I never got over the shame of failing my friend…… and I swore never again to quietly accept what ain’t right. If it ain’t right, I won’t do it……. and I’ll resist it…… and I’ll do all I can to fight it.

    And I’ve been beat down……. and I got back up and kept fighting what ain’t right……. and I’ve been beat down again……. but I’m still here … and it still ain’t right…….. and I’m not gonna change my mind, even when I can’t get back up.



    Yes. But do you have any idea how common your experience is? Do you have any idea how many souls walk the earth with the same gaping wound. I know this because I was part of a movement during the 60’s after the riots of Watts and Newark and in my own home town of Plainfield, NJ. No one had ever heard of Plainfield, NJ back in 1967. They did though, after the tanks rolled down the streets trying to restore law and order.

    The 60’s. Those were some heady times – powerful. In that decade America took a blow and was ripped across her side. It was like a great fissure that belched toxic waste up from the core.

    After the initial shock I recall the churches calling for special meetings – offering their members a place to come and talk and ask one another, God, whomever, what could have happened – to the quiet, safe, tranquil lifestyle that once existed. What happened? I saw it happening because I was watching. Very few people know how to watch. As a matter of fact, very few people want to watch. It’s uncomfortable – makes them queasy. I was the rebel, so I watched. As a person of color, It was impossible for me not to have an understanding of the types of things you had to be told. Your innocence and youth protected you from the cold hard realities called “facts of life”. Who creates facts? Those who assume power and control. They write the facts for the rest of us to follow. Some are well intentioned while others are not. With the exception of those who live out of the box that’s pretty much the long and the short of it.

    Ken, I’ve conducted many meetings bringing people together in a safe environment to bridge the racial gap and understand one another. I did this because we children all played together while we were young – sleeping over one another’s homes and thinking not a thought of skin color – and the parents were very cool with it. So what happened? I learned a lot as a result. I’ve sat before every kind of human being you could possibly imagine. I’ve broken bread at the table of racists, trying to understand what could be wrong with them. This is what I learned… Unless something is going to greatly improve the quality of someone’s life – in tangible terms – they aren’t going to buy into a paradigm shift. Period. Only a powerful direct spiritual experience from within can do that.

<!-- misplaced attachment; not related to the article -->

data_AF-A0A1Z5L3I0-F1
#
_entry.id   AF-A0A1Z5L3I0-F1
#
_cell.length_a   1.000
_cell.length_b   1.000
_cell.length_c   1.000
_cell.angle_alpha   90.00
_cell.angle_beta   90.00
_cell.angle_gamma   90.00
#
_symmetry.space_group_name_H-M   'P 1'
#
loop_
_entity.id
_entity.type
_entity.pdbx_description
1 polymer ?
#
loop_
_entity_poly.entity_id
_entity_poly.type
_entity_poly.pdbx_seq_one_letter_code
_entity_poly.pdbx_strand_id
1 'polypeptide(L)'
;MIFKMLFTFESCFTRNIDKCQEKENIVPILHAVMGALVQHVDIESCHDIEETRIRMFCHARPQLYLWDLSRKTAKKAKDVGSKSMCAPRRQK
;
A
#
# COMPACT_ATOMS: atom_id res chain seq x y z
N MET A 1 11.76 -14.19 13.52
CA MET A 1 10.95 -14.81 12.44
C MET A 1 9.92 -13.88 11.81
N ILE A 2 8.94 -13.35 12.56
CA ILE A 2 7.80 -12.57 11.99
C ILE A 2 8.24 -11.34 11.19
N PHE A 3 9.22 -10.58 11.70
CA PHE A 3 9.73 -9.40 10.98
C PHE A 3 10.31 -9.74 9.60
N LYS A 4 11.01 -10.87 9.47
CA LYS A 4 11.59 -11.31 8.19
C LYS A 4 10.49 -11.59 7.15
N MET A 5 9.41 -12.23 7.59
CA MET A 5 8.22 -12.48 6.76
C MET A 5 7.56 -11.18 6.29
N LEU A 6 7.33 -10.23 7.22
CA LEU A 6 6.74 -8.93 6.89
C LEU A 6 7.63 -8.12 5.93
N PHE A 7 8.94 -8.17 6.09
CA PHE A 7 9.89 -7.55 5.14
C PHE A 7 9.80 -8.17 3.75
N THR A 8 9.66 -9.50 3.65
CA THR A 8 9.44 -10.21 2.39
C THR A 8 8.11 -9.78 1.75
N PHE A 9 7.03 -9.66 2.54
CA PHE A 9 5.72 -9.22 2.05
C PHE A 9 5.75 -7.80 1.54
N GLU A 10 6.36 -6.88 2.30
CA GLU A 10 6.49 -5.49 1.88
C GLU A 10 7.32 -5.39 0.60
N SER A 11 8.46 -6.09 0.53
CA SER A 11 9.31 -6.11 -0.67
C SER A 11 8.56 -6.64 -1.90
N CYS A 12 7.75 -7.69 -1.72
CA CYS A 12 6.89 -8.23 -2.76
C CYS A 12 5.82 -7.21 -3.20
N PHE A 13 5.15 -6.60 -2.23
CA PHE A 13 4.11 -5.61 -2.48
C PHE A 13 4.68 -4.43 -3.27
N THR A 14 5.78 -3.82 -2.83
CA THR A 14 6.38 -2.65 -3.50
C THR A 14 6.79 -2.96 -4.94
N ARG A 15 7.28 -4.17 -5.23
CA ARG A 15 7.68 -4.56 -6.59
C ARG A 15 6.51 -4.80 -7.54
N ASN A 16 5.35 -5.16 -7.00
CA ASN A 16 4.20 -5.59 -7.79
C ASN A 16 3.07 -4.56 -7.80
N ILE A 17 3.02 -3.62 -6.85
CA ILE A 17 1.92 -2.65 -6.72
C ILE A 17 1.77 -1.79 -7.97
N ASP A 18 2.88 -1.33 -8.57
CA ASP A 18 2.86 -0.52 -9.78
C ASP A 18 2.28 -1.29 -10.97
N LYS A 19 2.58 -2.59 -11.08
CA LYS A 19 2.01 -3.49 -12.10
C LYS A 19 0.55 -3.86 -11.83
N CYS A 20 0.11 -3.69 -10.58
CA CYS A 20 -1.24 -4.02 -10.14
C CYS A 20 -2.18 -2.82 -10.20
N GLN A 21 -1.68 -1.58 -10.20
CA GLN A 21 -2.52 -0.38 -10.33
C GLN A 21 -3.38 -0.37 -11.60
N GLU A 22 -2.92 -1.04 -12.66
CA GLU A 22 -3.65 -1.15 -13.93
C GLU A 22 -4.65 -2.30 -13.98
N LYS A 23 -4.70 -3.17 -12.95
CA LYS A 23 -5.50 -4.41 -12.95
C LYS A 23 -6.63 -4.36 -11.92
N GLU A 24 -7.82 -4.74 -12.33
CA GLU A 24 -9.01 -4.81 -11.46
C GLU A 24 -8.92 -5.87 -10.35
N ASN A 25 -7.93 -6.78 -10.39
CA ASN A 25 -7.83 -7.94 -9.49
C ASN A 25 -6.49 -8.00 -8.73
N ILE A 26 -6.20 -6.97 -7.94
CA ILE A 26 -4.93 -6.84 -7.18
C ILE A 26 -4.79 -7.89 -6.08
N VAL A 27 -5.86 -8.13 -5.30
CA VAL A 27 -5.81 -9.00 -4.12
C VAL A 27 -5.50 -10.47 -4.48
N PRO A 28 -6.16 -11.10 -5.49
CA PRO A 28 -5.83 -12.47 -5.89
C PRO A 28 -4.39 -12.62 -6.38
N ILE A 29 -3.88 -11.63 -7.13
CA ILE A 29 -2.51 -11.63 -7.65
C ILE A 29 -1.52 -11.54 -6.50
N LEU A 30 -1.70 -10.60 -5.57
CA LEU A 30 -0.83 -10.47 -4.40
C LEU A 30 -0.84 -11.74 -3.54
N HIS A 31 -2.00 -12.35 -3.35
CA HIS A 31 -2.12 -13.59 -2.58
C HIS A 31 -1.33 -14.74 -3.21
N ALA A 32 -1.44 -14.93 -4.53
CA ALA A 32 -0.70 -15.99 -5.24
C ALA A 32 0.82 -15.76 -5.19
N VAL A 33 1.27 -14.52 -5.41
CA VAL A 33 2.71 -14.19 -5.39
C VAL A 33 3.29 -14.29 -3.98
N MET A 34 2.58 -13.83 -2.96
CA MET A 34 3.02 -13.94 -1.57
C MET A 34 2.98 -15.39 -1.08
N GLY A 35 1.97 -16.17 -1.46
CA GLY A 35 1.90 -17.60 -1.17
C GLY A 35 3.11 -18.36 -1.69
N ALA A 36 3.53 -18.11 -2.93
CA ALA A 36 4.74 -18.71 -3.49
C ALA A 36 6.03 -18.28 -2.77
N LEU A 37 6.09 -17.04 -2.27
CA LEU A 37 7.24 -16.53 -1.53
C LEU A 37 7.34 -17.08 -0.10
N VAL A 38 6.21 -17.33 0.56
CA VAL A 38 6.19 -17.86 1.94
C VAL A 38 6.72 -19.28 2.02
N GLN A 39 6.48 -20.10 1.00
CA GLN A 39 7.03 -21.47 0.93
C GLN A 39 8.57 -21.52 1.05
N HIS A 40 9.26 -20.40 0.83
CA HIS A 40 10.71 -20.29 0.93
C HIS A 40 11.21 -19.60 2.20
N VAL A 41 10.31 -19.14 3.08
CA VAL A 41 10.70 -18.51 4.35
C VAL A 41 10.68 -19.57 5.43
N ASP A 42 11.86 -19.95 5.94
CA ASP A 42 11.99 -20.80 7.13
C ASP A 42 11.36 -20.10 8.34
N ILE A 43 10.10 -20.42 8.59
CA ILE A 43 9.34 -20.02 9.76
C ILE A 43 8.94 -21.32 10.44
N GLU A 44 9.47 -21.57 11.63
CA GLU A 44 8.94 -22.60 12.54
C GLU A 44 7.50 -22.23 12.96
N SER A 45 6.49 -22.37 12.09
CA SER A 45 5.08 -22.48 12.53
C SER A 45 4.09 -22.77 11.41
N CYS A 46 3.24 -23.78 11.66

Sorry. I think I went off on a tangent again. The point I’m trying to make here is that you shouldn’t walk around with the burdon of guilt. You felt badly and you lost a soul mate in that powerful experience. I understand that, I truly do. But you learned something powerful as well. I lost many anglo friends from my childhood. I lost them to a cruel world. I actually had one friend who was beaten up by a bunch of cruel black children because they knew she was my friend and they didn’t like mixing. They didn’t dare attack me because I had tough older cousins. My friend was in the hospital for weeks. Her parents wouldn’t let me visit her in the hospital. My mother went to their home to see if there was anything she could do. She wasn’t allowed past the front door. I had slept at her home and she had slept at mine. Similar story to yours. It was a great loss in my life. I was nine years old at the time. One day, maybe a year or so later I ran into her on the street wearing a catholic uniform. I ran to her, truly excited and stopped cold at the look in her eyes. In the company of her new friends, all staring at me on that street that day, she told me, and I quote, “I’m not allowed to play with niggers anymore because I’m catholic now”. Well, for a long, long time, I thought all catholics were racists. It felt like an icy hand had crushed my heart. My heart really heart. But I forgave her. You have to forgive yourself as well. You have to move on from that spot and not live there anymore. But in moving on you must take that experience and weave it into your future – it’s part of your life story. How you do it and when you do it will come to you if you step outside of the box. That experience, along with others helped to give me a very colorful and interesting life.